"Yeah, somebody had focus on the pitching staff, and a lot of times, the onus of offense fell on the shoulders of the gentleman who was hitting in the middle of the lineup there, so it's a tremendous honor. I'm honored to be here, but I've heard a lot about it quite often -- pitchers going in, no position players yet. But it's nice that day has finally come, and I'm certainly proud of the things they accomplished for Atlanta and obviously going in alongside Bobby Cox and John Schuerholz as well. So the Atlanta Braves of the '90s and early 2000's are well-represented and well-rounded in the Hall of Fame."
Q: When you were reaching milestones (like batting titles, consecutive hits, etc.), did that change your perspective or approach to the game?
"That's a good question. No, quite honestly. Obviously I was aware where I was, where I stood. But my approach to the game never really changed. I think when you immerse yourself in the game itself, everything else kind of takes a back seat. When you step up in the box, you're focused on the chess match between you and the pitcher. And that's an approach that worked for me many, many years.
"Obviously if I went three or four at-bats into the game [without a hit], it's going to weigh on you a little more. But most of the time we were in some pretty tough matchups there, where it's a key difference in the game. And my approach was always to just try to be in a place that helps us win ballgames. But the numbers and stats kind of take care of themselves."
Q: What's your mindset for a week from now, and what is the due date for your child?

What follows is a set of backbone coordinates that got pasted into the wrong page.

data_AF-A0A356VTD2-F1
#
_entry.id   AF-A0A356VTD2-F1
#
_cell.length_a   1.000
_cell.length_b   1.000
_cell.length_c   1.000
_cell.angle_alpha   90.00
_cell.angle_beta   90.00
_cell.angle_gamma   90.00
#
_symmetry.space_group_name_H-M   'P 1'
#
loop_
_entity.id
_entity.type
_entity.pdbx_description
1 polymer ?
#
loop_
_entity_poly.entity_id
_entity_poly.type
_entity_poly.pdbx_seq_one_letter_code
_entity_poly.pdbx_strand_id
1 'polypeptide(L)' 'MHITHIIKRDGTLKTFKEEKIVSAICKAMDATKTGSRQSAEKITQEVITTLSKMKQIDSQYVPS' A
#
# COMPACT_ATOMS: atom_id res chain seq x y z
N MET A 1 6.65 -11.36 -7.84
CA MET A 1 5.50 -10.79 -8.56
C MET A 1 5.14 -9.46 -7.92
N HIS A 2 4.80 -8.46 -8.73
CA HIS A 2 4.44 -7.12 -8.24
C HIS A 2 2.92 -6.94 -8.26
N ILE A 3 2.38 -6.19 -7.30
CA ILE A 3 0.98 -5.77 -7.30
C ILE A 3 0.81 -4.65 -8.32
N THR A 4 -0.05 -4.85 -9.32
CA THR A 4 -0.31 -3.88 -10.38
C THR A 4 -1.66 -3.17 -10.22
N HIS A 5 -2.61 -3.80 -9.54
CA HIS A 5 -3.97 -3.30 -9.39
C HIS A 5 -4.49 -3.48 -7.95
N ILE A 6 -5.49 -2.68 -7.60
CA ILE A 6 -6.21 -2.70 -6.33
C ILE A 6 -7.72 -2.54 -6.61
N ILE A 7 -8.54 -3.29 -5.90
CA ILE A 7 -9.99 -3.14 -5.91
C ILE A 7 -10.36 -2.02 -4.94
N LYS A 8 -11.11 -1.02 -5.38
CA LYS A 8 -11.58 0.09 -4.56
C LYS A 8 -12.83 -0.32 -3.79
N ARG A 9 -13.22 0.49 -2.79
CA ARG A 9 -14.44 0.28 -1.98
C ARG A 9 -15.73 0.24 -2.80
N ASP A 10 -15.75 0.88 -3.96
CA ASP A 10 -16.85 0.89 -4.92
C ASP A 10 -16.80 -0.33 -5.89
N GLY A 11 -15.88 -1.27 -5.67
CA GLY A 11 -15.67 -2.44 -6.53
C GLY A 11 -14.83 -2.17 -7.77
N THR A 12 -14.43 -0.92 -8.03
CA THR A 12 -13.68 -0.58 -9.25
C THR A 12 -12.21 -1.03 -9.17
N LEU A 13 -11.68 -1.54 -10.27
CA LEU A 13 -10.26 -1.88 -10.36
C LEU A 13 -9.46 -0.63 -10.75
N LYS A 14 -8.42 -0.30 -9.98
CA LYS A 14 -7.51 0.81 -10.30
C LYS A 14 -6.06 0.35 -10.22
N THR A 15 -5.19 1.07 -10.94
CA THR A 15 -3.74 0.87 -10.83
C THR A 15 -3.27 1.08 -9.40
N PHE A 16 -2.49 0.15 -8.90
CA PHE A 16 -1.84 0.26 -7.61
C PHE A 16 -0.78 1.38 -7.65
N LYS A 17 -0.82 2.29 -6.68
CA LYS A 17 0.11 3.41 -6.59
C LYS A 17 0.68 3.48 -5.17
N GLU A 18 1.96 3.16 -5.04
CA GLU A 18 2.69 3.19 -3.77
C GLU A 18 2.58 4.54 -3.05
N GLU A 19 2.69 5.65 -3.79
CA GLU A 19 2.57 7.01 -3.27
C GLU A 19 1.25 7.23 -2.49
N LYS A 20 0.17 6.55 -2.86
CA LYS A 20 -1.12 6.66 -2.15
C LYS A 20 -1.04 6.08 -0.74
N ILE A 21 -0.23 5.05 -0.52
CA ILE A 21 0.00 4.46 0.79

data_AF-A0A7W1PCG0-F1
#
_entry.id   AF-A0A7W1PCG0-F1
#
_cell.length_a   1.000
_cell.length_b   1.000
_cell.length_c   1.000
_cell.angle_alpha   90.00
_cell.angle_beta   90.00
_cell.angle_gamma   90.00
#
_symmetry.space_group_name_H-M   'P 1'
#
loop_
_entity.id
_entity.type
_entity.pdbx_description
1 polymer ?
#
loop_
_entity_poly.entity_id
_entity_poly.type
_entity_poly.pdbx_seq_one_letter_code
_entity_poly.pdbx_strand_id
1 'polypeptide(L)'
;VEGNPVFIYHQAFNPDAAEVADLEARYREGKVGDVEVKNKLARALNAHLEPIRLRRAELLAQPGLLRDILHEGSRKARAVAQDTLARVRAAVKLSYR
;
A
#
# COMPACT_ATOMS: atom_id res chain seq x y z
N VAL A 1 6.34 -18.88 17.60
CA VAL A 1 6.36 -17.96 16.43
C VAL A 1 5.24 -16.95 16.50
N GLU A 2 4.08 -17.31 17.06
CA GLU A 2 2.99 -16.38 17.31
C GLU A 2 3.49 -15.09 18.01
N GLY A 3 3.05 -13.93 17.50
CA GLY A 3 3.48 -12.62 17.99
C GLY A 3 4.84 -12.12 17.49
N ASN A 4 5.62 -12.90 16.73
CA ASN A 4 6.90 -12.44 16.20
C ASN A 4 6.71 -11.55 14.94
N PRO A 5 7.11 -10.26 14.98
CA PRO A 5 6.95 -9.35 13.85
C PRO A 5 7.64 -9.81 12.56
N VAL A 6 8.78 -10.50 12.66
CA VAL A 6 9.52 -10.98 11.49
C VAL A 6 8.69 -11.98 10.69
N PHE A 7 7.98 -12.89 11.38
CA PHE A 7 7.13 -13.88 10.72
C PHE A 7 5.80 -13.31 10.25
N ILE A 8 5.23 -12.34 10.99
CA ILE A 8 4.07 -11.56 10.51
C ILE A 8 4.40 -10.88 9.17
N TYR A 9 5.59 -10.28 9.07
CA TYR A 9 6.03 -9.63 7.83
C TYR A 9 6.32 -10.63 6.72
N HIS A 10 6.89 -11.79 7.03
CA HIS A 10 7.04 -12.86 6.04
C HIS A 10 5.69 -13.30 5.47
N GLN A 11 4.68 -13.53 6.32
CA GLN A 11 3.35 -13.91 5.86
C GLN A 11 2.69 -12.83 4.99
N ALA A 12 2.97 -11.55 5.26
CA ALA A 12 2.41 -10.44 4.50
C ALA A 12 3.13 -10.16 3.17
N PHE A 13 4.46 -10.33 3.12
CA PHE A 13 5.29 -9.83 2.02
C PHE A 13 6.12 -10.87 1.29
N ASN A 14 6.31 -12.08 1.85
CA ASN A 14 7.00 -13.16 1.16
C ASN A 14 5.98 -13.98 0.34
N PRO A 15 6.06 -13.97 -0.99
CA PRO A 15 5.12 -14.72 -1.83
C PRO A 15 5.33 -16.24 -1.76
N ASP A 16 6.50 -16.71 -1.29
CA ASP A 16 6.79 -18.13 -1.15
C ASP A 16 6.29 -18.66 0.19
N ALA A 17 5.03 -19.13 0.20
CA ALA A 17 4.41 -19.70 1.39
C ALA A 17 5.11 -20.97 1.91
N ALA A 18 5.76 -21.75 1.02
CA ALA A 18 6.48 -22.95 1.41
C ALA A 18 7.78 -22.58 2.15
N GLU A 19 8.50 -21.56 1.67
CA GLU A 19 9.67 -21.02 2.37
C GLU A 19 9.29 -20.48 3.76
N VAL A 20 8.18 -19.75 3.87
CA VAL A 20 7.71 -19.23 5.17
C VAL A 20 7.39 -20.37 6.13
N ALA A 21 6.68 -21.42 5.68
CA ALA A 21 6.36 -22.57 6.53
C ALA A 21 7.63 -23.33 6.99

"I can do it, and I'm trying to get this speech just right. You know, I have a recurring nightmare that I'm gonna leave somebody very, very important out. But I'm excited, I think once I get up there and see how the town of Cooperstown transforms from where there's snow on the ground and people walking around in the streets to 350,000 people in town watching me be inducted, it's gonna be a pretty nervous time for me personally.
"The fact that my wife is due the day after on July 30 with our second boy, it's a pretty nervous time. We're making sure she's giving me the thumbs up and making sure she's not going into labor while I'm on stage, but we're taking the necessary precautions and making sure she's taken care of up there in Cooperstown. If it does happen, we might name our son Cooper in commemoration of the summer and this honor, so it's gonna be an exciting time."
Q: What was it about the 1984 Tigers team? Did you know at the start of season that this team would be really special? What made it so dominant? Are you surprised there have been no Hall of Famers from it?
"The final answer is yes, I was very surprised. We kind of went into the '84 season with an attitude because in '83, we thought we were very competitive. And we actually did well against Baltimore, who eventually won the World Series in '83, and we thought to ourselves, 'You know, if these guys can win the Series, we'd have to prove to the rest of the baseball world that we can beat them, and we can beat anybody.'